The Alligator-Wombat: a Dream-Vision

(being the true relation of an epiphanic nocturnal visitation in the year of our Lord, nineteen-hundred and ninety-five)

"Curiouser and curiouser," she thought in sleep, as she stretched out her legs and re-arranged the billows of her skirt along the windowsill. "I seem to be in Cabell Hall. Last night I dreamt I went to Manderley again, but tonight I find myself in this most prosaic of places."

The rippled glass of the windowpanes cast wavering wobbles through her vista of the courtyard below. She regarded the neatly-tended grass (not The Lawn, but a lawn) and admired the way the curved stone keep of Old Cabell Hall almost (but not quite) relaxed into the squared-brick embrace of the newer addition in which she made her window-seat.

There was a butterfly in the courtyard. There were squeaking shoes on waxed-tile floors in the hallway behind her. There was a rhododendron in the courtyard. There were frat-boys in the hall.

She turned her full attention to the green below.

Because this was a dream -- because she was dressed rather like Alice -- and because she had decided to allow herself to be as much a simple spectator as a dreamer -- it had to happen. "Curiouser and curiouser," she thought, as an alligator hurried its way, close to the ground, along the curve of Old Cabell Hall and disappeared into a small, unremarkable door. Because this was a dream and she was dressed not unlike Alice, she followed.

The courtyard door still rocked gently on its hinges as she pushed it open and stepped inside. It was cool and dim, and the dusty air within tasted faintly of brass and wood and echoes, for Old Cabell was the concert-hall. She found herself standing at the edge of the stage and scanning the crowd that filled the circling opera-house seats for a familiar face. Someone waved at her and she made her way to him. "I've saved you a seat," said Mr. McG--n, a former professor. "I didn't think you'd want to miss this."

She thanked him politely and fixed her eyes on the proscenium. The alligator had drawn himself up on his hind legs to expose a rather fashionably-speckled underbelly. He rested back upon his scaly tail as a human speaker might, when at ease, lean against a podium. His grandiloquent gesturing at Raphael's "The School of Athens," the painting that formed a backdrop to the stage, elicited frequent murmurs of interest and approval from the audience.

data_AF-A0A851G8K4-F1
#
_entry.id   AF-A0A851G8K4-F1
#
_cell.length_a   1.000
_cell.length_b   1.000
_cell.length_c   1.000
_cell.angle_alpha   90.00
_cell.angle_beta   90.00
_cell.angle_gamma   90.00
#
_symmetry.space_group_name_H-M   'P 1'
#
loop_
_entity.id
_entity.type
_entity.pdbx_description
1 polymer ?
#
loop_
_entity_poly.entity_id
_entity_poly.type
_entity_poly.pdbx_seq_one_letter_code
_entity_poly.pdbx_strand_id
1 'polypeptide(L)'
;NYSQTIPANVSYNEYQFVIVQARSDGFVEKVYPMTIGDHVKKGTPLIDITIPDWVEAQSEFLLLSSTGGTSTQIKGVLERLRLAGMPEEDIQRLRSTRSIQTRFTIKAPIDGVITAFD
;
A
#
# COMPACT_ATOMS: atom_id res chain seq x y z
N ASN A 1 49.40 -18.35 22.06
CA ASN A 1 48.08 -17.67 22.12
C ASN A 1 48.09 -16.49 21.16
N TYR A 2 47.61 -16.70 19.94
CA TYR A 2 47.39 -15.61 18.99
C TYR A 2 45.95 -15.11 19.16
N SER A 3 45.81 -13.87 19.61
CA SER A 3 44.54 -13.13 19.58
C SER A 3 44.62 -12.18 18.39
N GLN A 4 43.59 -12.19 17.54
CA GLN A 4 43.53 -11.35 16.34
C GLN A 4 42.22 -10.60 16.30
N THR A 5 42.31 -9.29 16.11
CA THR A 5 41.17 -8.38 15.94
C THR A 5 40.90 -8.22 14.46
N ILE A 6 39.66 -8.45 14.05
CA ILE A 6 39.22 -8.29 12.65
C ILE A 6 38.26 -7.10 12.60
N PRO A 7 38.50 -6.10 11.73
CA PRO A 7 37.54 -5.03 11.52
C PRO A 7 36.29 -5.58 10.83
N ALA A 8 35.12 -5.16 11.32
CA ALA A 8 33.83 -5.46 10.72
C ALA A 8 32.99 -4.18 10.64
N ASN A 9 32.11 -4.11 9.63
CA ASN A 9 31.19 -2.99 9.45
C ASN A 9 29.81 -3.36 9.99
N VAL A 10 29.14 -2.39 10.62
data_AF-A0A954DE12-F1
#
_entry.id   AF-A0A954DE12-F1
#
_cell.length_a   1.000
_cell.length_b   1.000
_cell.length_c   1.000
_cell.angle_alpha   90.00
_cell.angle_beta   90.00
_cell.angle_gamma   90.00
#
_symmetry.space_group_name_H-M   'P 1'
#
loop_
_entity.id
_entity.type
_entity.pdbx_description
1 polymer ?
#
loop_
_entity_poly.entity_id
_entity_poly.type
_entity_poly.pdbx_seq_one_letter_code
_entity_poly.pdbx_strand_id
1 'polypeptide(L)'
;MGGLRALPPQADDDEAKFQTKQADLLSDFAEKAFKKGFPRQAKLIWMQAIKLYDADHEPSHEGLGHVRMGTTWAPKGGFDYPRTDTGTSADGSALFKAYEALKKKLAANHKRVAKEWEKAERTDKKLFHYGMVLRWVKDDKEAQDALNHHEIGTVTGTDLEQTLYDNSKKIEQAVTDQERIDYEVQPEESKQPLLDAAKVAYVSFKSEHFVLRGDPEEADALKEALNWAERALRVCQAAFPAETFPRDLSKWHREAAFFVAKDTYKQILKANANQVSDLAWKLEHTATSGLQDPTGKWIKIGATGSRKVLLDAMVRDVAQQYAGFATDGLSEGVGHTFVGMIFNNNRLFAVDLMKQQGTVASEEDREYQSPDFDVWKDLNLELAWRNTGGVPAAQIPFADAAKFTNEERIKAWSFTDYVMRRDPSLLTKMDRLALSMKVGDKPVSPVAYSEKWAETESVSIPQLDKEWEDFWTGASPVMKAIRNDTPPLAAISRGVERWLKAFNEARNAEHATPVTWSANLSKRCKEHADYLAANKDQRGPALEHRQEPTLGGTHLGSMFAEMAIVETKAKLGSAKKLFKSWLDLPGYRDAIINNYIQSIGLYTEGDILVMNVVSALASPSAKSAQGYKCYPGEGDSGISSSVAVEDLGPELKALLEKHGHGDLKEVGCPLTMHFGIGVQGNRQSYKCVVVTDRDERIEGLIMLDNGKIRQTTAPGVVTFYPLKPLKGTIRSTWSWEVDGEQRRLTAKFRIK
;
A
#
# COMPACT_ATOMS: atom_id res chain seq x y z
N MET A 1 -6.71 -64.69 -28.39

She was transfixed. Never had she heard such eloquence, from man nor beast. The alligator's sentences were encrusted with audible semicolons; their adverbs piled quite easily and naturally on other adverbs; each parenthetical remark (like a fine gemstone in a tiara) was perfectly placed and fitted; and the audience breathed nothing but the air of his airy words. There was a collective gasping from the gallery.

"Who," she asked, turning in wide-eyed amazement to her companion, "is this alligator?"

"Hush," he replied. "I'm trying to listen. He's just about to get to the good part."

Chastised, the dreamer turned back to the stage and made a brave attempt at sorting out the threads of discourse which spun about the hall. They seemed sticky. She considered thinking of them as spider-webs, but had just decided to avoid any unnecessary mixing of metaphors when McG--n leaned over and curtly whispered, "Sorry to have been curt. The alligator is, of course, Professor T----r of the English Department.

"Oh!" she cried, earning a glare of disapprobation from, as it seemed, each and every member of the audience. She blushed and whispered, "Mr. T----r, is it? I never took his course. Is it true that he wore a bright yellow suit the day he lectured on Oscar Wilde?"

"Hush," said McG--n. "The good part."

And, indeed, she realized that the good part was just beginning. The alligator had concluded his remarks on the centrality of "The School of Athens" in Victorian light verse, and had begun to address the work of Dante Gabriel Rossetti.

There was an excited hum in the concert-hall. Apparently the other members of the audience were also aware that this was to be the good part.

The alligator began to quote one of Rossetti's finer works:

O how the family affections combat
Within this heart, and each hour flings a bomb at
My burning soul! Neither from owl nor from bat
Can peace be gained until I clasp my wombat.

With the final word, he took a deep bow and looked up to smile an alligator smile at the politely-applauding audience. His bow deepened. The applause became more fevered. He doubled over and, strangely, grew less green. Whistles and cheers filled the hall. Our dreamer found herself joining in the frenzy without quite knowing why. Was she applauding the charm with which the alligator had delivered his lecture? Or was it the genius of Rossetti's doggerel that she most admired? She had just begun to forget the stinging of her clapping hands in the contemplation of the "a bomb at / my wombat" rhyme when something extraordinary happened. The alligator rose to his full six feet in height, gazed majestically at his adoring crowd, and, with a visible effort and a peculiar popping sound, transformed himself into an enormous wombat.

The audience went wild.

The large, beautiful, and enchanting enchanted wombat, amid cheers and cat-calls and the tears and trembling of star-struck co-eds in the front row, bowed again and left the stage.

And as for our heroine? The young visionary awoke convulsed by sleepy giggles which, to this day, she insists is the third finest way to wake up. "Curiouser and curiouser," she laughed.

(Author's note: Dreamers often lie -- in bed asleep where they do dream things true.)